It is hard to describe just how normal the world felt in the early morning hours of September 11, 2001. The saga of a missing DC intern transfixed the nation, the cover of a recent issue of Time Magazine declared the “Summer of the Shark,” and our most pressing national dilemma was what to do with the Federal budget surplus.
Then came a moment of consequence and horror that is indelibly etched into each of our memories. None of us will ever forget where we were on that day sixteen years ago that changed the world forever.
I remember watching the televised images of smoke billowing from the North Tower of the World Trade Center with my colleagues at the White House. And then, minutes later, the terrible realization, written in the flames and horror of United Flight 175 smashing into the South Tower, that our nation was under attack.
The shock came in waves. Soon, the Pentagon was in flames and with it the uneasy feeling that we were surely next. Before long, Secret Service agents sprinted through the halls ordering everyone to evacuate. Women were instructed to remove their heels and run. As, I made my way outside the gates of the White House, all of them, were flung open. The citadel of the free world had been breeched.
Somewhere over rural Pennsylvania, an extraordinary act of herorism was unfolding aboard hijacked United Flight 93, now bound for Washington, DC with either the White House or U.S. Capitol as its intended target. Passengers Mark Bingham, Tom Burnett, Jeremy Glick and Todd Beamer conceived a plan to take control of the plane. Beamer recited the 23rd Psalm before rallying his fellow passengers with the words “Let’s Roll.”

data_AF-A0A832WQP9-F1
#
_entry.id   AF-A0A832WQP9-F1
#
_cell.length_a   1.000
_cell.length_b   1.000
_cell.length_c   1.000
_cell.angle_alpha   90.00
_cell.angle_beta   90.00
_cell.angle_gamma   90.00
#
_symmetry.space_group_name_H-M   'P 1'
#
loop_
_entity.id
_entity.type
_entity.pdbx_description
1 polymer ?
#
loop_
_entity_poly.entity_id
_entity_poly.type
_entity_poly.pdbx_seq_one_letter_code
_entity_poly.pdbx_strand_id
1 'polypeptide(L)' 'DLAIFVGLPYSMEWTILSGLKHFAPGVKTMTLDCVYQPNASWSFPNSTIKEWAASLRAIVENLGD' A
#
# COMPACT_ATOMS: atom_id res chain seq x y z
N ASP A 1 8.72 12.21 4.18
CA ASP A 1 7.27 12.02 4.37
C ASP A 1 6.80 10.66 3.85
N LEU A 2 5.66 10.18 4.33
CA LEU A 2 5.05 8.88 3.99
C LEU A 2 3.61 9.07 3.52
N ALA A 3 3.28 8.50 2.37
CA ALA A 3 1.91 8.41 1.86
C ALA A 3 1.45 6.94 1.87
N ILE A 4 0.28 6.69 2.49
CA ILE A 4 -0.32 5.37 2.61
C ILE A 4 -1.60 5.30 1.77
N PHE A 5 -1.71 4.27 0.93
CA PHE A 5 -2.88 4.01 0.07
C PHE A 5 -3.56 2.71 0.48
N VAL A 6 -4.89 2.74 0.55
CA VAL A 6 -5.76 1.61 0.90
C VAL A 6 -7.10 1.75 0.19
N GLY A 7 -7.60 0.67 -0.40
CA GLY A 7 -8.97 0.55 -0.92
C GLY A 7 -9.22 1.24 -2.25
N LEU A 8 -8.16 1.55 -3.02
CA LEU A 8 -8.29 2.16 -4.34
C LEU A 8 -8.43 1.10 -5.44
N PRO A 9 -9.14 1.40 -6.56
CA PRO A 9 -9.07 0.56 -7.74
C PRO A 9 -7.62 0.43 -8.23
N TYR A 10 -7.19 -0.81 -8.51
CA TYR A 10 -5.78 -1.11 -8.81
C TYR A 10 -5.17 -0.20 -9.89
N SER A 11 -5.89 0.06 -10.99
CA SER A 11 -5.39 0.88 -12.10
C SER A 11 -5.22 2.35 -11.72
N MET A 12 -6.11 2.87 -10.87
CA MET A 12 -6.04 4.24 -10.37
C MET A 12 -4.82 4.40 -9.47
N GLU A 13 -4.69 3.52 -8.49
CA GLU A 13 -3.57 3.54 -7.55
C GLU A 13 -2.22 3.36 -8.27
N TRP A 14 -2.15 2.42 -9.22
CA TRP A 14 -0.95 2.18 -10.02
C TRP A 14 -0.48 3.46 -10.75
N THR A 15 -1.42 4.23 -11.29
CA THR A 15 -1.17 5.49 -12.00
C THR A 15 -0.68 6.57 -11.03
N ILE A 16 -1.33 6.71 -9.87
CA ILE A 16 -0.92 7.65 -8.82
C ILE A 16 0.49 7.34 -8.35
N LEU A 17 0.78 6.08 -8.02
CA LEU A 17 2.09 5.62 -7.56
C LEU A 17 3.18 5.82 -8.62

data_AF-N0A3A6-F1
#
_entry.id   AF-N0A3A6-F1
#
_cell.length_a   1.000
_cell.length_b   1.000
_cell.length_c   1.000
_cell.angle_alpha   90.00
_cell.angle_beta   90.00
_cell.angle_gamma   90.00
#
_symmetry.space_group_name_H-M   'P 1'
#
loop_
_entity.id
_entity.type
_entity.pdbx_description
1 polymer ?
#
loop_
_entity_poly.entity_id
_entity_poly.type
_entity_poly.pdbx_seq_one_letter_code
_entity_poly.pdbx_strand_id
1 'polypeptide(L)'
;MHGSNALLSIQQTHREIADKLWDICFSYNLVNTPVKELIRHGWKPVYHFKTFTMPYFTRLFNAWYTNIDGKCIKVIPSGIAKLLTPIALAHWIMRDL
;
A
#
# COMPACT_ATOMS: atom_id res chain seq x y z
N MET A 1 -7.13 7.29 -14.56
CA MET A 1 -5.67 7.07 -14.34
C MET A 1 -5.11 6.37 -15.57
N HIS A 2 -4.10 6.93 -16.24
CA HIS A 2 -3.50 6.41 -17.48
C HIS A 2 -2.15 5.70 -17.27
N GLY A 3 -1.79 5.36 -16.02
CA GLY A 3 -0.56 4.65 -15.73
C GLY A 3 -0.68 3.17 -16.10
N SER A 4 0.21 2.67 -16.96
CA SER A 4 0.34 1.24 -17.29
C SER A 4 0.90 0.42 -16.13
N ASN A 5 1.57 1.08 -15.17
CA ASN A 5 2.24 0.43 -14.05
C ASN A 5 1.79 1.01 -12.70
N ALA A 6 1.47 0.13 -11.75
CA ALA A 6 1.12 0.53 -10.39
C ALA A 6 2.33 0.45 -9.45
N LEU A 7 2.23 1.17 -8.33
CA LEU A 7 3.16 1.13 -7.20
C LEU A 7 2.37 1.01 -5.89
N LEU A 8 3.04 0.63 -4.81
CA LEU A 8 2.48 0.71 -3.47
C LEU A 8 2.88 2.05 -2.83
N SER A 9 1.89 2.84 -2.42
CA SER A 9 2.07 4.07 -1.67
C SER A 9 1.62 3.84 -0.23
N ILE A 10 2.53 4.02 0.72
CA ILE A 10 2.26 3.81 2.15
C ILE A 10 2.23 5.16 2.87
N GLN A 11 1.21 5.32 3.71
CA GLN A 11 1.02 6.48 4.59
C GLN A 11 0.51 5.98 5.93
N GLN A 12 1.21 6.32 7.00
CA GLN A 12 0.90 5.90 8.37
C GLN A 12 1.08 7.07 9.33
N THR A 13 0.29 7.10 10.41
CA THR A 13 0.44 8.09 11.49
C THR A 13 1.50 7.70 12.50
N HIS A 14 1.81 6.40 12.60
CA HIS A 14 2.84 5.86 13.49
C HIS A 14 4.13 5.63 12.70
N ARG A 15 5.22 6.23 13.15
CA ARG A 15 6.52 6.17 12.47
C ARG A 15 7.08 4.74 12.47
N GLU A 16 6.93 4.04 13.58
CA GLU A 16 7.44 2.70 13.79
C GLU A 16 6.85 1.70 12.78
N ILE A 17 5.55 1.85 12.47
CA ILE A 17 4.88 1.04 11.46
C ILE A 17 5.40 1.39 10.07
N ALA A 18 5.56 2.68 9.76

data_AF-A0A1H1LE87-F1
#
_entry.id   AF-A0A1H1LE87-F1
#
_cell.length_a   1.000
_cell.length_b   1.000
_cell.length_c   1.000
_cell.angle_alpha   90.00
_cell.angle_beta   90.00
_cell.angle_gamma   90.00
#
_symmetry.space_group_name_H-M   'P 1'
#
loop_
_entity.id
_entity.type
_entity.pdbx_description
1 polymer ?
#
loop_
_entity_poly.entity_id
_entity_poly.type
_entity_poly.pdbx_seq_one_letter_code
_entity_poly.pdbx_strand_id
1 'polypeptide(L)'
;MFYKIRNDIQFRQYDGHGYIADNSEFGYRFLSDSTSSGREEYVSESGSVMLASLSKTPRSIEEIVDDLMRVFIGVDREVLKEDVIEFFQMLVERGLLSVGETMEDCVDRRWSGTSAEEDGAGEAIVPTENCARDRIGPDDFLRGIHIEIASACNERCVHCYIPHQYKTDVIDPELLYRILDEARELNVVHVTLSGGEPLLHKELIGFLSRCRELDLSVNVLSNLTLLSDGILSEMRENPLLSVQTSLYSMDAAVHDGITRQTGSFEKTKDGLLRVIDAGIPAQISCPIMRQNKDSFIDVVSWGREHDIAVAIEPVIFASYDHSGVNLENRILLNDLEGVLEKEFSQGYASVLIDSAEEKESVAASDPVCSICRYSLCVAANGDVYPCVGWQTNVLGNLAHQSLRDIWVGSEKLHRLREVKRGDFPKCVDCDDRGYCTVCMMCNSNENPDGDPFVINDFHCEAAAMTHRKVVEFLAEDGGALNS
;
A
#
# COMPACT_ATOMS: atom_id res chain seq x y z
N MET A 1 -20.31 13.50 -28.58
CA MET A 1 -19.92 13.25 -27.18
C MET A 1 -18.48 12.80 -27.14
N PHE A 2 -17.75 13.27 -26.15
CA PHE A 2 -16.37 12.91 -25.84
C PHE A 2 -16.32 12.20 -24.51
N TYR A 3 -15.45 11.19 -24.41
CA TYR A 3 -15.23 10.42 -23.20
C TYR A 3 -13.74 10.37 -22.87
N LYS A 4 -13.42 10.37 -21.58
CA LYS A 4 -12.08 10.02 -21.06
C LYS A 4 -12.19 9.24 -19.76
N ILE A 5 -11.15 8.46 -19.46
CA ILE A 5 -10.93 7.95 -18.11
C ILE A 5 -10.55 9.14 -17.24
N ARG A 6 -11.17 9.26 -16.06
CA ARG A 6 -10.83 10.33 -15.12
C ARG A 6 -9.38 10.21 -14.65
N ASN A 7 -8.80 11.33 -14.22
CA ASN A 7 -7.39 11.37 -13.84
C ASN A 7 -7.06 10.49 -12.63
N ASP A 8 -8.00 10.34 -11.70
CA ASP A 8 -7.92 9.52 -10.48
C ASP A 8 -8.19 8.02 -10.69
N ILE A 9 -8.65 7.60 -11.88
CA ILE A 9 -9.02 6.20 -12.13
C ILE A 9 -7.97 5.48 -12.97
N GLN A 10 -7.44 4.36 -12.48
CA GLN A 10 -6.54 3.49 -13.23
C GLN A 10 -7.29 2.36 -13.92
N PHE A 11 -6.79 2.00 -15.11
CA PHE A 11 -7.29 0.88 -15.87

In a sermon a few days after 9/11 at the National Cathedral, the great Rev. Billy Graham captured the moment when he said, “The lesson of 9/11 is not only about the mystery of iniquity and evil, but, it’s a lesson about our need for each other.”
The firefighters and police officers that rushed into the burning buildings to save people they never met, knowing the chances were good that they would be giving their own life in the process. The passengers of Flight 93 who sacrificed themselves to save the lives of countless others, perhaps even mine. The scores of young men and women who in extraordinary acts of selflessness chose to put on the uniform of our country in the years that followed, knowing that they were almost certainly bound for war — many of them never to return.
In the horror of that day, what was best about our country was revealed in countless acts of courage large and small; flags flown on streets and houses across the land and in the basic decency of a people who came together in shared grief for people whom they had never met, simply because they too called themselves Americans.
In Berlin, 200,000 people converged on the Brandenburg Gate in solidarity. In London, the Star Spangled Banner played at Buckingham Palace and the city fell silent as the chimes of Big Ben rang out. And In Paris, a Le Monde headline declared “We are All Americans.”
The terrorists that attacked our country hated the very things we love most about it. The freedom to worship in whatever manner we see fit. The equality of women. The right to choose how we are governed and criticize those who govern us.
They intended to break our spirit. They failed.
Instead they united us, a nation of different faiths, politics and skin color, in our common love for each other and our country, in our faith in the almighty, and in our solemn determination that the beacon of human liberty shine brighter than ever.